The 45 drift-scans of both the setting and rising data were combined into two separate data cubes and exported to the MIRIAD software package (Sault et al., 1995). A combined cube was obtained by taking the RMS-weighted average of the two independent cubes containing all the data. This cube combines two fully independent surveys of the same region. A spatial convolution was applied to all three cubes with a 2000 arcsec FWHM Gaussian with PA=0 to introduce the desired degree of spatial correlation in the result. A hanning smoothing was applied with a width of three pixels to smooth the cubes in the velocity domain, resulting in a velocity resolution of 16 km s.

3.4 Sensitivity

After creating cubes of the combined and individual rise and set data, sub-cubes were created, excluding Galactic emission and excluding the edge of the bandpass. The noise in the rise-data is 22 mJy beam over 16 km s, while the noise in the set-data is slightly worse, 23 mJy beam over 16 km s. The noise in the combined data cubes is 16 mJy beam over 16 km s, which is in agreement with what would be expected, as the noise improves with exactly a factor . In Fig. 4 a histogram is plotted of the flux values in the combined data cube. On the positive side the flux values are dominated by real emission, however a Gaussian can be fitted to the noise at negative fluxes. The noise appears to be approximately Gaussian with a dispersion of 16 mJy beam. There is however some dependance of the RMS values on declination as shown in Fig. 5. When observing a specific declination strip, there is not much difference in the noise at different right ascensions or in the frequency domain, as all data points have been obtained under similar circumstances. Since the declinations strips have been observed on different days, some real fluctuation in the noise is more likely. We can see a scatter in the noise for different declinations of 5 to 10 percent. Furthermore, there is a general trend that the lowest declinations have the highest noise values, which is expected due to a higher system temperature at these lowest declinations (as demonstrated in Fig. 3).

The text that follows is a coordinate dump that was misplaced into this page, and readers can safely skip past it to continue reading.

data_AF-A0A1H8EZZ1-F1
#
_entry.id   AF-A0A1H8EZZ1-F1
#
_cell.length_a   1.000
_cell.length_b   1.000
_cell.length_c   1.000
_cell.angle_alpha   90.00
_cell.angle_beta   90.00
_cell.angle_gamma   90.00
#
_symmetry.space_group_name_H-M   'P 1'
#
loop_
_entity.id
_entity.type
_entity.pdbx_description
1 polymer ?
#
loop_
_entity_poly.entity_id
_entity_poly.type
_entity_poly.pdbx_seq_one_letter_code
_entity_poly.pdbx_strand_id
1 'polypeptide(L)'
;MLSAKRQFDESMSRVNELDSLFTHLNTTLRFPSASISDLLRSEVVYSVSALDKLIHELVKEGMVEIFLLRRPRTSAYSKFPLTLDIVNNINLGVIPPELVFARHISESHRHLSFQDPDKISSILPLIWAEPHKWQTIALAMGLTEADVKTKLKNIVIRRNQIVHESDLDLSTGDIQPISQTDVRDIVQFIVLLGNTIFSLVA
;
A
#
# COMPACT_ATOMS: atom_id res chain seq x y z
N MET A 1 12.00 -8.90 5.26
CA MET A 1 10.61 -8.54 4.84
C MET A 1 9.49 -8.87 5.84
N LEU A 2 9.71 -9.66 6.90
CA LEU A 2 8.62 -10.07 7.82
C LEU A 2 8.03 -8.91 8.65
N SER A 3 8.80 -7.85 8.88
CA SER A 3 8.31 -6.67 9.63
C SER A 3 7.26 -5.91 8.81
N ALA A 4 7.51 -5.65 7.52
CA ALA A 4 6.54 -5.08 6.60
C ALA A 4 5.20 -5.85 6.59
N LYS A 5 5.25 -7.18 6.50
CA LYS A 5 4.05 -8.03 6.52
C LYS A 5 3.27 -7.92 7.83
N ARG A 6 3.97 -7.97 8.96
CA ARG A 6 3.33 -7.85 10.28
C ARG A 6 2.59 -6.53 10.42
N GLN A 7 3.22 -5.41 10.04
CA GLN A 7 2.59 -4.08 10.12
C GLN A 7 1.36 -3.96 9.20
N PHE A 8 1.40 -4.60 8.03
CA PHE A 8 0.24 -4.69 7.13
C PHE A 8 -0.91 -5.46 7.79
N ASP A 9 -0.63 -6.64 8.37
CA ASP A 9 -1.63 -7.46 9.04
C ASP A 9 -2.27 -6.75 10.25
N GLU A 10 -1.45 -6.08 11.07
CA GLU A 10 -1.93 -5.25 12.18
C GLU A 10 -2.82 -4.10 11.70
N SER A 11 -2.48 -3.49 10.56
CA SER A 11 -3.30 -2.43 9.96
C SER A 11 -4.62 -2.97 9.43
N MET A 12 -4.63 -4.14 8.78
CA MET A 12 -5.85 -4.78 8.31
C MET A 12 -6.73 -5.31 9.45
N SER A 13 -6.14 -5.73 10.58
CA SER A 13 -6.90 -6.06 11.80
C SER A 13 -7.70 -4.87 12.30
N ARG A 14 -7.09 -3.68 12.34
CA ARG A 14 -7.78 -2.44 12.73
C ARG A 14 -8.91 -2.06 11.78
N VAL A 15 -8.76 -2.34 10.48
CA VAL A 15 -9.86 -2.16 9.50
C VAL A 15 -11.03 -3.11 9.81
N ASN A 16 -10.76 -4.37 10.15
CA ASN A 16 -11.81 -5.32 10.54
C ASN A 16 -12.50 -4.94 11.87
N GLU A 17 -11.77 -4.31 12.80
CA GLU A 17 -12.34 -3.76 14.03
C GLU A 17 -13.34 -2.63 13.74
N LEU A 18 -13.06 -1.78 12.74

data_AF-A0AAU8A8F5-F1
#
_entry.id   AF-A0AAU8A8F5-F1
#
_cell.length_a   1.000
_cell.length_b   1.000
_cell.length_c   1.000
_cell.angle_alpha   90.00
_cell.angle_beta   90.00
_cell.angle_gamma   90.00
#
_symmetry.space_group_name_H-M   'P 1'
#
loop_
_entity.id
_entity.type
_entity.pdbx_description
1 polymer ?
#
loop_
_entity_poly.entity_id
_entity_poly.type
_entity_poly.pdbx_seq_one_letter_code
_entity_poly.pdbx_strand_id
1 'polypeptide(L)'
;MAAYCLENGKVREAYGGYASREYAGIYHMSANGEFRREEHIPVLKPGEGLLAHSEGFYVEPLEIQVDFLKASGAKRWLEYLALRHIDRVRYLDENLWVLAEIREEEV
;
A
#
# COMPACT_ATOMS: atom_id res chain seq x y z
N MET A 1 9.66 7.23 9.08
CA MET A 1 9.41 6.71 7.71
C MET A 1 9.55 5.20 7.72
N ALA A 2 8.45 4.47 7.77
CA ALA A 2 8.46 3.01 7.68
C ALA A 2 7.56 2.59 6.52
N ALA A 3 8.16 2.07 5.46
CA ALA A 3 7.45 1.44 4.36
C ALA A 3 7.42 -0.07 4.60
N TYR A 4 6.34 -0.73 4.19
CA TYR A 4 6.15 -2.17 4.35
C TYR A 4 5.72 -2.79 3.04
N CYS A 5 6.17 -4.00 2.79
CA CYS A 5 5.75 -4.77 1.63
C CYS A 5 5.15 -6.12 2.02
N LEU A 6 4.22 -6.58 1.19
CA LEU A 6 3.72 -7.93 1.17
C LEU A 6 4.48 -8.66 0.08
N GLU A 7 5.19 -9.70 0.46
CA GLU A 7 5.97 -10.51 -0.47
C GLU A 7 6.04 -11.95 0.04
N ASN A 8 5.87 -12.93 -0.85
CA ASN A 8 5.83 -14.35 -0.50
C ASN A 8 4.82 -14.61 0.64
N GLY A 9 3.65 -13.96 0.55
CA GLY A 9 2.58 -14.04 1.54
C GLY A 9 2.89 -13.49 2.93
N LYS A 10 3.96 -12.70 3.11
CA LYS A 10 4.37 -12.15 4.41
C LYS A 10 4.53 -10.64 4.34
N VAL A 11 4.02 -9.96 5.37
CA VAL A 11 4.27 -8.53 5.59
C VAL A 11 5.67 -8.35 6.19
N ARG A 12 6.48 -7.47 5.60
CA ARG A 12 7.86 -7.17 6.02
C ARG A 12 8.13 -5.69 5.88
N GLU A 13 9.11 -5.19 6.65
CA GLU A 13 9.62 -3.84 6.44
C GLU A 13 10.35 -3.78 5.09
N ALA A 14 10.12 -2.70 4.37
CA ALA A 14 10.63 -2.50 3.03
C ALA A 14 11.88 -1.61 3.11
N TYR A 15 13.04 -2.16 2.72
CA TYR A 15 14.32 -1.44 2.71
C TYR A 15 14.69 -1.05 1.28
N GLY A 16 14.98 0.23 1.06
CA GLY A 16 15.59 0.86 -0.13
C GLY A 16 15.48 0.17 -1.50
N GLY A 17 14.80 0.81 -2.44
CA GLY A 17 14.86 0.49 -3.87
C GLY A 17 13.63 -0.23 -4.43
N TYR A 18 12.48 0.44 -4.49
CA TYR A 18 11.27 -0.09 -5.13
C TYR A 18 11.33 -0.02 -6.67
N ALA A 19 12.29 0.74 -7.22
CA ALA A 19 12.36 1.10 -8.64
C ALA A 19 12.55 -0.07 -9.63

The flux sensitivity can be converted to a brightness temperature using the equation:

(1)

where is the observed wavelength, is the flux density, the Boltzmann constant and is the beam solid angle of the telescope. When using the 21 cm line of H i, this equation can be written as:

(2)

where and are the beam minor and major axis respectively in arcsec and is the flux in units of mJy/Beam. The total flux can be converted into an H i column density assuming negligible self-opacity using: